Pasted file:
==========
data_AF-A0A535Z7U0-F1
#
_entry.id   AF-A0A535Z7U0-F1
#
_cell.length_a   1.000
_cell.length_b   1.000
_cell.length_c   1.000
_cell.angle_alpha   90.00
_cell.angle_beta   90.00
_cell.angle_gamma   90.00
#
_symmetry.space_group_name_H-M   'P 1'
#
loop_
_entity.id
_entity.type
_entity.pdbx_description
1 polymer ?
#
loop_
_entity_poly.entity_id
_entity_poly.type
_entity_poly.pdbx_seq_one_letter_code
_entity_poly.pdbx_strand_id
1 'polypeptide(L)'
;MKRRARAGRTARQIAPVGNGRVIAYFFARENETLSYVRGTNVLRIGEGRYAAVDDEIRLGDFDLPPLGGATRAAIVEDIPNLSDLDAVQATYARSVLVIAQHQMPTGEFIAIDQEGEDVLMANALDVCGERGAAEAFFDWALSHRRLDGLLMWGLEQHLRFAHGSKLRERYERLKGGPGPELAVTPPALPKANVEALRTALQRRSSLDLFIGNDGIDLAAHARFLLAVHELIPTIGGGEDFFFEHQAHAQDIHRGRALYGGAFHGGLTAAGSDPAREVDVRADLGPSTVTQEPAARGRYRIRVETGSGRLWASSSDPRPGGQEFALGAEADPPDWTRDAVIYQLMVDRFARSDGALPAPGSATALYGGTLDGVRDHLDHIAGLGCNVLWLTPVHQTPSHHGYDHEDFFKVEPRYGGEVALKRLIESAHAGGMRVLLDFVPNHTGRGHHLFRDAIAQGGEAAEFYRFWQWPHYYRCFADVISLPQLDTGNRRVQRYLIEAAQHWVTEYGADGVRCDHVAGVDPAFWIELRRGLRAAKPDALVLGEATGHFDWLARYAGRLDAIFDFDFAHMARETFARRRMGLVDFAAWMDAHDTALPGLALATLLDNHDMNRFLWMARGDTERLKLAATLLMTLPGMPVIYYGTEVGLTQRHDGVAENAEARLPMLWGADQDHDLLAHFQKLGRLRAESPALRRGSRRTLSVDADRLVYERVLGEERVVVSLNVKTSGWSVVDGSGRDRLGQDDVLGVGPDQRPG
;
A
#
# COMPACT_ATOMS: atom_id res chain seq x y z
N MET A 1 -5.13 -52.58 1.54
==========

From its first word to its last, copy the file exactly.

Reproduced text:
data_AF-A0A535Z7U0-F1
#
_entry.id   AF-A0A535Z7U0-F1
#
_cell.length_a   1.000
_cell.length_b   1.000
_cell.length_c   1.000
_cell.angle_alpha   90.00
_cell.angle_beta   90.00
_cell.angle_gamma   90.00
#
_symmetry.space_group_name_H-M   'P 1'
#
loop_
_entity.id
_entity.type
_entity.pdbx_description
1 polymer ?
#
loop_
_entity_poly.entity_id
_entity_poly.type
_entity_poly.pdbx_seq_one_letter_code
_entity_poly.pdbx_strand_id
1 'polypeptide(L)'
;MKRRARAGRTARQIAPVGNGRVIAYFFARENETLSYVRGTNVLRIGEGRYAAVDDEIRLGDFDLPPLGGATRAAIVEDIPNLSDLDAVQATYARSVLVIAQHQMPTGEFIAIDQEGEDVLMANALDVCGERGAAEAFFDWALSHRRLDGLLMWGLEQHLRFAHGSKLRERYERLKGGPGPELAVTPPALPKANVEALRTALQRRSSLDLFIGNDGIDLAAHARFLLAVHELIPTIGGGEDFFFEHQAHAQDIHRGRALYGGAFHGGLTAAGSDPAREVDVRADLGPSTVTQEPAARGRYRIRVETGSGRLWASSSDPRPGGQEFALGAEADPPDWTRDAVIYQLMVDRFARSDGALPAPGSATALYGGTLDGVRDHLDHIAGLGCNVLWLTPVHQTPSHHGYDHEDFFKVEPRYGGEVALKRLIESAHAGGMRVLLDFVPNHTGRGHHLFRDAIAQGGEAAEFYRFWQWPHYYRCFADVISLPQLDTGNRRVQRYLIEAAQHWVTEYGADGVRCDHVAGVDPAFWIELRRGLRAAKPDALVLGEATGHFDWLARYAGRLDAIFDFDFAHMARETFARRRMGLVDFAAWMDAHDTALPGLALATLLDNHDMNRFLWMARGDTERLKLAATLLMTLPGMPVIYYGTEVGLTQRHDGVAENAEARLPMLWGADQDHDLLAHFQKLGRLRAESPALRRGSRRTLSVDADRLVYERVLGEERVVVSLNVKTSGWSVVDGSGRDRLGQDDVLGVGPDQRPG
;
A
#
# COMPACT_ATOMS: atom_id res chain seq x y z
N MET A 1 -5.13 -52.58 1.54